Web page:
Genetic Trends for Reproductive Traits in Duroc Swine

Tom J. Baas1, John W. Mabry1, Steven J. Moeller2, Kenneth J. Stalder3, and Miles T. See4

1Department of Animal Science, Iowa State University, Ames, IA  50011;

2Department of Animal Sciences, The Ohio State University, Columbus, OH  43210;

3Department of Animal Science, The University of Tennessee, Jackson, TN  38305;

4Department of Animal Science, North Carolina State University, Raleigh, NC  27695

 

Introduction

Best Linear Unbiased Prediction (BLUP) genetic evaluation procedures are used in the swine industry to produce breeding value (BV) estimates for seedstock replacements that can be used in making selection decisions.  BV estimates rank animals according to their genetic merit as parents, thus identifying genetically superior seedstock for traits of interest.  Evaluation of BV genetic trends over time provides an indication of selection emphasis and rate of genetic improvement in a breed or population.

 

Materials and Methods

Genetic trends in the U.S. population of purebred Duroc swine were evaluated using data from participating breeders over an 11-year period from 1988-1998.  The PEST genetic evaluation software was used to produce BV estimates.  Genetic trends were estimated based on the average BV for all animals born during a specific year.  The model used to estimate BVs for the reproductive traits of number born alive (NBA), number weaned (NW), and 21-day litter weight (LWT) included the fixed effect of contemporary group (CG) and the random effect of the genetic effect of the animal.  Permanent environment and mate within CG were included as uncorrelated random effects.  CG was determined by the breeder and was defined as a group of females that were bred, gestated, farrowed, and weaned together under similar environmental conditions.  Data were preadjusted using breed-specific adjustment factors for known sources of variation as described in (1).  NBA was adjusted for parity, age at farrowing, number allowed to nurse, and age at weighing.  Components of (co)variance used for BV estimation were specific to the Duroc breed as described in (2).  Four postweaning traits were evaluated:  days to 114 kg (DAYS); backfat at 114 kg (BF); loin muscle area at 114 kg (LMA); and kg of lean in a 84 kg carcass (LEAN).  BVs for these traits were estimated with a model that included fixed effects of CG and sex within herd, the genetic effect of the pig as a random effect, and the litter in which the pig was born as an uncorrelated random effect.  CG was a group of pigs that was farrowed, housed, and fed together.  All postweaning data were adjusted to 114 kg using procedures described in (2).  Maternal Line Index (MLI), a multi-trait bio-economic index combining NBA, NW, LWT, DAYS, BF, and LEAN, was computed.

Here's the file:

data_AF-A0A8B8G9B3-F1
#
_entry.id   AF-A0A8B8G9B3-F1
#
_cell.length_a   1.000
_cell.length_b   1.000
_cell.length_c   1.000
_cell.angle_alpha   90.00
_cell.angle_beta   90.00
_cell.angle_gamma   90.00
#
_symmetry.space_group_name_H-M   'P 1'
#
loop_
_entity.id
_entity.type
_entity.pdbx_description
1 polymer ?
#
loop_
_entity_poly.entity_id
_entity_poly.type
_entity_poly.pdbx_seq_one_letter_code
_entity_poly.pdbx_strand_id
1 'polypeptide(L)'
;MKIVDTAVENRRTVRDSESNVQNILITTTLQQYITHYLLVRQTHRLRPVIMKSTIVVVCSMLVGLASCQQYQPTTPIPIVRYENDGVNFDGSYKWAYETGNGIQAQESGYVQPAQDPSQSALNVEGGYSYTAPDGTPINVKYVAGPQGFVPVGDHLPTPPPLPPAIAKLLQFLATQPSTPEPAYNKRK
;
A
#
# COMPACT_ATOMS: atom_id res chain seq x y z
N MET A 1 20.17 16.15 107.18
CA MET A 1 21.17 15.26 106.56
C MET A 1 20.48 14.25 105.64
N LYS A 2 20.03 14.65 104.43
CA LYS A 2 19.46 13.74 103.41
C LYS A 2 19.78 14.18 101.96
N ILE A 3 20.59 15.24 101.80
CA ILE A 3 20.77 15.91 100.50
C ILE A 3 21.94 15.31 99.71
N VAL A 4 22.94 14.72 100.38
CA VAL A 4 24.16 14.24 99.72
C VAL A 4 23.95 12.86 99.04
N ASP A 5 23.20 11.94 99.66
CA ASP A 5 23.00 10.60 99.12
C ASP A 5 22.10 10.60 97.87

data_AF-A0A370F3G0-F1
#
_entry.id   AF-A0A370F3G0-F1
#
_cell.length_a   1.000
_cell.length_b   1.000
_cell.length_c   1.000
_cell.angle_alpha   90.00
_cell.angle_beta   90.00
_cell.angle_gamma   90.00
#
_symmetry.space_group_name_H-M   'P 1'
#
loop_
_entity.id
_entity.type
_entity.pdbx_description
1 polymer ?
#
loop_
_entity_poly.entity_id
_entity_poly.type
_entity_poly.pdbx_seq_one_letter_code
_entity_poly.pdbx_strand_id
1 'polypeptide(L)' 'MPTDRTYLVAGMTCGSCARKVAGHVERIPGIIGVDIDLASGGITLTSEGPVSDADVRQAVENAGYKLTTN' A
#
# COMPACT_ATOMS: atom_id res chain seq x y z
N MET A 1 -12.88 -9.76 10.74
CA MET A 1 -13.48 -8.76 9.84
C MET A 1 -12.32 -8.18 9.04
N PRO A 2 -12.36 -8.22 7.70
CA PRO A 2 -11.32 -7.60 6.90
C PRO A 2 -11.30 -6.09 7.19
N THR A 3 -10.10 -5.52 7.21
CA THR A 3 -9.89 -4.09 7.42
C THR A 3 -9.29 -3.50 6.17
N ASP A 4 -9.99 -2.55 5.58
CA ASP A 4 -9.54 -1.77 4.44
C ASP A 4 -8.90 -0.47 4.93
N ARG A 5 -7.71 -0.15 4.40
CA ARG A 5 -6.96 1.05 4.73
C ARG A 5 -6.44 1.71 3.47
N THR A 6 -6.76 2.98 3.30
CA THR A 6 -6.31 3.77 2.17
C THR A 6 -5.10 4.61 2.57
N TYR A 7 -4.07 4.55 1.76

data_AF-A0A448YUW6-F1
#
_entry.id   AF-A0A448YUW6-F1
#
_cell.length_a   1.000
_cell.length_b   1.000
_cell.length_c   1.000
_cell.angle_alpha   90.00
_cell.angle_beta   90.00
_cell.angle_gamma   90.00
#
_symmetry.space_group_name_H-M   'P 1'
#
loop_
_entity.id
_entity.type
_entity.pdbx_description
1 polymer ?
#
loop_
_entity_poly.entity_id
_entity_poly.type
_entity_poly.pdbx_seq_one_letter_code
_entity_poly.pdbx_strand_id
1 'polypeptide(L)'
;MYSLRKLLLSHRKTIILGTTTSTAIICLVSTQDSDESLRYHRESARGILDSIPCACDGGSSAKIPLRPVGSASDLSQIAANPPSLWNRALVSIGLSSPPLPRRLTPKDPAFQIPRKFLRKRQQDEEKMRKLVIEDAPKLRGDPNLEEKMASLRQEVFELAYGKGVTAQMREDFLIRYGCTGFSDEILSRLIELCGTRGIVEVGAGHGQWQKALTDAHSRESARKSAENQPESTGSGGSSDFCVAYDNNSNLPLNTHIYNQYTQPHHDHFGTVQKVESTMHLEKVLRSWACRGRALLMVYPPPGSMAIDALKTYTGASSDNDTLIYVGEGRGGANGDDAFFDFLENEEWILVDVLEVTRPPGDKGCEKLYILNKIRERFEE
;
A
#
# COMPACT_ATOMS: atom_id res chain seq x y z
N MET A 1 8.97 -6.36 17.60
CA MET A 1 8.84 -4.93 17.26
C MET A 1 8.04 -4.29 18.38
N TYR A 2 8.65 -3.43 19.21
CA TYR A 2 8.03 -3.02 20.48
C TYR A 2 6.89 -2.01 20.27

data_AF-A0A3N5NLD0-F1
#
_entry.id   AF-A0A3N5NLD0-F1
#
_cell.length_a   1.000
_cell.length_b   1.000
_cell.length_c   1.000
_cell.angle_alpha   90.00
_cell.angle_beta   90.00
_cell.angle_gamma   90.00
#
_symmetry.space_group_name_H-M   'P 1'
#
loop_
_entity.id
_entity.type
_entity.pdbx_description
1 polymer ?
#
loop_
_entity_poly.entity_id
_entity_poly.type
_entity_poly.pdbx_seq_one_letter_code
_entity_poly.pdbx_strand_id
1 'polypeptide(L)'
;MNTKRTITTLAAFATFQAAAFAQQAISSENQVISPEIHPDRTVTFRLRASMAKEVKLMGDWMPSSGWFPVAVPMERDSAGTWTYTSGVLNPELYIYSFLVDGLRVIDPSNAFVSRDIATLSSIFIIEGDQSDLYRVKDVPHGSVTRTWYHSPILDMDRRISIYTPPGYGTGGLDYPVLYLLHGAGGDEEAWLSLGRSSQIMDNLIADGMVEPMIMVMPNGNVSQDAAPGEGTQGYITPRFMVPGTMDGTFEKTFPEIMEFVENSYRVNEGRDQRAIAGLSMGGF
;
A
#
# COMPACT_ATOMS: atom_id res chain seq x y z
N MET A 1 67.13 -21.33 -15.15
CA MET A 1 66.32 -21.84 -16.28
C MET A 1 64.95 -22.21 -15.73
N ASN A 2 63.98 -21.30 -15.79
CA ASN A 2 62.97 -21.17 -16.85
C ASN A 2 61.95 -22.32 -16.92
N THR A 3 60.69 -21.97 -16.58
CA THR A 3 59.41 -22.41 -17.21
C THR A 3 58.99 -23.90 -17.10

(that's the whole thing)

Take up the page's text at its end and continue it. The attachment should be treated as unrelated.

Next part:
Results and Discussion

Genetic trends from 1988-1998 indicate significant progress in NBA, LWT, and MLI in the Duroc breed, with most of the improvement occurring since 1992.  Genetic improvement for this period for NBA, LWT, and MLI was 0.028 pigs/year, 0.083 kg/year, and 1.02 index units/year, respectively.  Significant improvement in DAYS (-0.327 days/year), BF (-0.411 mm/year), LMA (0.357 sq cm/year), and LEAN (0.148 kg/year) was also realized.  Selection emphasis on postweaning traits over an 11-year period did not inhibit genetic progress in reproductive traits in the Duroc population.

 
References

(1)   Culbertson, M. S., J. W. Mabry, J. K. Bertrand, and A. H. Nelson.  1998.  Breed specific adjustment factors for reproductive traits in Duroc, Hampshire, Landrace, and Yorkshire swine.  J. Anim. Sci. 75:2362-2367.

(2)   (2) Mabry, J. W.  1998.  The new STAGES program: How will the numbers change.  Seedstock Edge 5:45-49 (No. 4).

 

Previously published in the proceedings of the 14th International Congress on Animal Reproduction (ICAR), Vol 1:P 304. July, 2000. Stockholm, Sweden

2000 NSIF Proceedings